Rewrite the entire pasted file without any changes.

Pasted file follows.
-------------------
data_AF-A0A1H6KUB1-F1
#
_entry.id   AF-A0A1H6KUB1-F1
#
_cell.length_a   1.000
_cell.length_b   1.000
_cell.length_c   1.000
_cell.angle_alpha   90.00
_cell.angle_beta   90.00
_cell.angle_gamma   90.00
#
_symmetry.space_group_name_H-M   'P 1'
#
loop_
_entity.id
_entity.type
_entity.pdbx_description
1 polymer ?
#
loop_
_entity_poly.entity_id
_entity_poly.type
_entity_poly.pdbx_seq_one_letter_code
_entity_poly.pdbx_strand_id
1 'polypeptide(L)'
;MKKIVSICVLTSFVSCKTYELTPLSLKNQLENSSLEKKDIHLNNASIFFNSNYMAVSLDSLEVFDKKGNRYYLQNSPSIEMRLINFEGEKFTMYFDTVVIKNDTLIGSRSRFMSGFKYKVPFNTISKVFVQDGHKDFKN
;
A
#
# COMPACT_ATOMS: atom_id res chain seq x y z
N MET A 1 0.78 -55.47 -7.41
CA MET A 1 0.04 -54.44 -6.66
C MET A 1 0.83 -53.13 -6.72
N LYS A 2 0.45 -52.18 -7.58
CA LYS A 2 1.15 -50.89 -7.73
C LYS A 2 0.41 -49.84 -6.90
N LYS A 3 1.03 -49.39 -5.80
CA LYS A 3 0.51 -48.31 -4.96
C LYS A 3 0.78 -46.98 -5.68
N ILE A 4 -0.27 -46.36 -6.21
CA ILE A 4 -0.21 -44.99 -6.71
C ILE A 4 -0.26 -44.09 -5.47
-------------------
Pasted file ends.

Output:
data_AF-A0A1H6KUB1-F1
#
_entry.id   AF-A0A1H6KUB1-F1
#
_cell.length_a   1.000
_cell.length_b   1.000
_cell.length_c   1.000
_cell.angle_alpha   90.00
_cell.angle_beta   90.00
_cell.angle_gamma   90.00
#
_symmetry.space_group_name_H-M   'P 1'
#
loop_
_entity.id
_entity.type
_entity.pdbx_description
1 polymer ?
#
loop_
_entity_poly.entity_id
_entity_poly.type
_entity_poly.pdbx_seq_one_letter_code
_entity_poly.pdbx_strand_id
1 'polypeptide(L)'
;MKKIVSICVLTSFVSCKTYELTPLSLKNQLENSSLEKKDIHLNNASIFFNSNYMAVSLDSLEVFDKKGNRYYLQNSPSIEMRLINFEGEKFTMYFDTVVIKNDTLIGSRSRFMSGFKYKVPFNTISKVFVQDGHKDFKN
;
A
#
# COMPACT_ATOMS: atom_id res chain seq x y z
N MET A 1 0.78 -55.47 -7.41
CA MET A 1 0.04 -54.44 -6.66
C MET A 1 0.83 -53.13 -6.72
N LYS A 2 0.45 -52.18 -7.58
CA LYS A 2 1.15 -50.89 -7.73
C LYS A 2 0.41 -49.84 -6.90
N LYS A 3 1.03 -49.39 -5.80
CA LYS A 3 0.51 -48.31 -4.96
C LYS A 3 0.78 -46.98 -5.68
N ILE A 4 -0.27 -46.36 -6.21
CA ILE A 4 -0.21 -44.99 -6.71
C ILE A 4 -0.26 -44.09 -5.47